It’s been all over the news, the New Horizons flyby of Pluto. OK. First thing to take away. Clyde Tombaugh discovered Pluto in 1930. The best image obtainable at the time was a speck on a photographic plate (see arrow at left). Pluto is smaller than our moon and has an orbital period of 248 years, so we’ve only been able to plot its orbital trajectory for a little less than 85 years, and we’ve only been able to achieve an “aim something at it” level of accuracy for the past 15 years or so.
The mission to Pluto was launched in 2006, and it took the New Horizons craft 9-1/2 years to travel over 3 billion miles — that’s “billion” with a “B” — to Pluto. (Light from Pluto takes 4-1/2 hours to reach the Earth.) Unfortunately, although New Horizons was exactly where it was supposed to be when it arrived, it got there 72 seconds early. Well, dang. That’s a disappointing 99.9% accuracy.
The New Horizon spacecraft is the size of a grand piano with a large salad bowl atop it, only has two 32 GB hard drives on it, and has a one track mind — it cannot send and receive data at the same time, — so we had to white knuckle the flyby and wait until it was over to find out if the spacecraft survived it’s passage through the debris field between Pluto and its moon Charon. Because it can only transmit data at 1 to 2 Kbps (!), it’s going to take over 16 months for the New Horizons spacecraft to transmit all 64 GB of its data — that’s apparently all you got for $720 million in 2006. Just for comparison, my computer (bought in 2011) has a 500 GB hard drive (almost 8 times larger) and, according to the Geek Squad, I have a data transmission speed of 5.32 Mbps (1 Mb =1024 Kb), which is 5447.68 times faster.
Still, we’re getting a pretty good bang for our buck so far. This is Hubble’s best shot of Pluto at left compared to New Horizons’ first high resolution image at right.
Collaborating with the New Horizons team is Dr. Brian May. You may have heard of him. Before he got his Ph.D. in astrophysics, he played lead guitar in this rock band called “Queen” That’s him in 1974, second from right.
What I’m waiting for is for Discovery Channel or National Geographic Channel or one of those other “science” channels to do a show with him and Neil deGrasse Tyson talking about Pluto and getting their geek on.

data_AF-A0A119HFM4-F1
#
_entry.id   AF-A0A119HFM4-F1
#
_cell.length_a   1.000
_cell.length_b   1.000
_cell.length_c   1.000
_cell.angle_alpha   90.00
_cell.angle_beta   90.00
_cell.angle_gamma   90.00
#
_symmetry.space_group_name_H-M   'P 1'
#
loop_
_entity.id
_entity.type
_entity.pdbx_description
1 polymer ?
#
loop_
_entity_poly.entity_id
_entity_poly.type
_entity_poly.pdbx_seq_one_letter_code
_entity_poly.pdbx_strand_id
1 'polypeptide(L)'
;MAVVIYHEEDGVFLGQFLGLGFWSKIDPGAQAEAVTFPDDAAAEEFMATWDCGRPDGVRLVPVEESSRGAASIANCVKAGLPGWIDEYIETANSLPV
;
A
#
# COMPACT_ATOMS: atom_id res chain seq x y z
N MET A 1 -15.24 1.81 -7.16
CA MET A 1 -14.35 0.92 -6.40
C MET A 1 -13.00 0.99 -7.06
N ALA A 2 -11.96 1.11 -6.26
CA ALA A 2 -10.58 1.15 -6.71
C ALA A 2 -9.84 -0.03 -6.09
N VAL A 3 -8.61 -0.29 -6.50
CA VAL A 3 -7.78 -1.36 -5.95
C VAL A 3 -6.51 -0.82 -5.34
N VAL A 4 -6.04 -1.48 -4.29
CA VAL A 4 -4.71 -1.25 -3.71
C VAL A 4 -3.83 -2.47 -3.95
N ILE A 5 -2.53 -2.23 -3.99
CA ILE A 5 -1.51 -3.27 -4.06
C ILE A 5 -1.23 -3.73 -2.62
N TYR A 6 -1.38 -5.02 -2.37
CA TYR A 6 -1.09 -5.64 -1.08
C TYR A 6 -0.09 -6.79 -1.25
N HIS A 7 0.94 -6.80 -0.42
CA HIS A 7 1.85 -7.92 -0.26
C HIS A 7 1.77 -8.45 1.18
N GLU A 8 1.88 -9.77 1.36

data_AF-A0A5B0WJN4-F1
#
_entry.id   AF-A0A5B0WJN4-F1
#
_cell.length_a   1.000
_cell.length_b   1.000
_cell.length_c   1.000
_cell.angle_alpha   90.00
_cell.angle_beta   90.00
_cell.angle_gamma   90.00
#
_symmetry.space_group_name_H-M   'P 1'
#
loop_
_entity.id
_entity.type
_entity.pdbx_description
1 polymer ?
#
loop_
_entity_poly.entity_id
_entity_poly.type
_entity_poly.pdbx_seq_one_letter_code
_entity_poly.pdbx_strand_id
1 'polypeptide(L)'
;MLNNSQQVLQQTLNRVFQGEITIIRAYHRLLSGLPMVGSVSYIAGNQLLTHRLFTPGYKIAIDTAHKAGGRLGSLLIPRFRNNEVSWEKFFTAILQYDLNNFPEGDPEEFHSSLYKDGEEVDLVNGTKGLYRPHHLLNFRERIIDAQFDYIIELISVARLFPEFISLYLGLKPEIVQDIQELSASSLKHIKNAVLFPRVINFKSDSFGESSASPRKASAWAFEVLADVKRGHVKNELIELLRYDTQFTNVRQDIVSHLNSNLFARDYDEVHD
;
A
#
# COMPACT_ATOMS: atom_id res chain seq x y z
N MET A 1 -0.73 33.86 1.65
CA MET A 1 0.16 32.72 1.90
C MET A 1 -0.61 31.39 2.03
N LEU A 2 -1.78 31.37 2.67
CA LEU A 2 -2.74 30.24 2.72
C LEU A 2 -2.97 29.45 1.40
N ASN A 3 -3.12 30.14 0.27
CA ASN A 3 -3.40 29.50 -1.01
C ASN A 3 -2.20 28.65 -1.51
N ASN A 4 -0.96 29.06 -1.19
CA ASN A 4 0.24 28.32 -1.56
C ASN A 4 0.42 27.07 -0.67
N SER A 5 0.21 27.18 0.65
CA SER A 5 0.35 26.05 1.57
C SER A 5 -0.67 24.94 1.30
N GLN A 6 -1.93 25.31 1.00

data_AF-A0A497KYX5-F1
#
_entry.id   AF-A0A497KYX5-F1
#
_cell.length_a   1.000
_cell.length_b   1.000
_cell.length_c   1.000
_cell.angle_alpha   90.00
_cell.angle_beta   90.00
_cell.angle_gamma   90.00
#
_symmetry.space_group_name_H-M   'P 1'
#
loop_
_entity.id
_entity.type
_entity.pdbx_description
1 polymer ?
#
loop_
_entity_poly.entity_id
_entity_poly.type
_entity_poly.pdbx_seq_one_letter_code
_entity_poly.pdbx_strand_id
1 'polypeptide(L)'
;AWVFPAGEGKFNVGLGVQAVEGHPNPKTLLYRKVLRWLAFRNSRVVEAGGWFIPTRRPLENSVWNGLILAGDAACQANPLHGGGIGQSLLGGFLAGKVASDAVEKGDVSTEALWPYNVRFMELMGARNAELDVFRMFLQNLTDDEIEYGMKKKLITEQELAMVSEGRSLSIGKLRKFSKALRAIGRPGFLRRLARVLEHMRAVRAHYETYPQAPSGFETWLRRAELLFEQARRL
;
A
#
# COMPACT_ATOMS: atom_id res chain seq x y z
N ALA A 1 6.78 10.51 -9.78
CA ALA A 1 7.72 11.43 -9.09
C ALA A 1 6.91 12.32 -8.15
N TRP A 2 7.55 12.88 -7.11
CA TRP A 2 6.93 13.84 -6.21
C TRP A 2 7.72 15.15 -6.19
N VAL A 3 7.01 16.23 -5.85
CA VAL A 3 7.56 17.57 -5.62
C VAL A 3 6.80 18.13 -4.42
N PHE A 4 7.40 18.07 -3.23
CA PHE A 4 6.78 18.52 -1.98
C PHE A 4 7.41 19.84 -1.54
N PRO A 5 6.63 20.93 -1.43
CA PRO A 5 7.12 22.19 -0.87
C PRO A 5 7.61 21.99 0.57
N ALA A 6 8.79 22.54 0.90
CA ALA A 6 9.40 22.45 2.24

Oh, and I forgot to mention. Clyde Tombaugh died in 1997 at the age of 90, and never got to see the close up images of that little pinpoint of light he found back in 1930, but on the New Horizons spacecraft is a small canister containing some of his cremains, and the legend: “Interned herein are remains of American Clyde W. Tombaugh, discoverer of Pluto and the solar system’s “third zone.” Adelle and Muron’s boy, Patricia’s husband, Annette and Alden’s father, astronomer, teacher, punster, and friend: Clyde W. Tombaugh (1906-1997).” Also on the spacecraft is a CD-ROM with the names of over 434,000 people who wanted to participate vicariously in this historic exploration. I’m sorry I didn’t know about that. I’d have wanted my name on that CD, too.
I was thinking just now: My mom will be 91 on her next birthday. She was born in 1924 during the age of radio. She was 2-1/2 years old when Lindbergh flew across the Atlantic. She was 6 years old when Pluto was discovered. She was 21 when the atomic bomb was dropped on Hiroshima, Japan. She was 23 when Chuck Yeager broke the sound barrier in a jet aircraft in 1947. She was in her middle 20’s when the television age began and she saw the Apollo 11 moon landing broadcast live from the moon. She was 53 the year the Apple II person computer came out, and she learned to use a desktop computer running the MS-DOS version of WordPerfect word processing software during her last years as a secretary for the law firm she worked for until she retired. (She’s still using the computer she got when she retired, BTW, which runs Word Perfect from MS-DOS and has a floppy disk drive!) She has seen the various space shuttle missions. She’s seen the International Space Station, and the three Mars Rovers, and now she’s seen Pluto. Unfortunately, she’s not likely to live long enough to see humans land on Mars. I hope I do.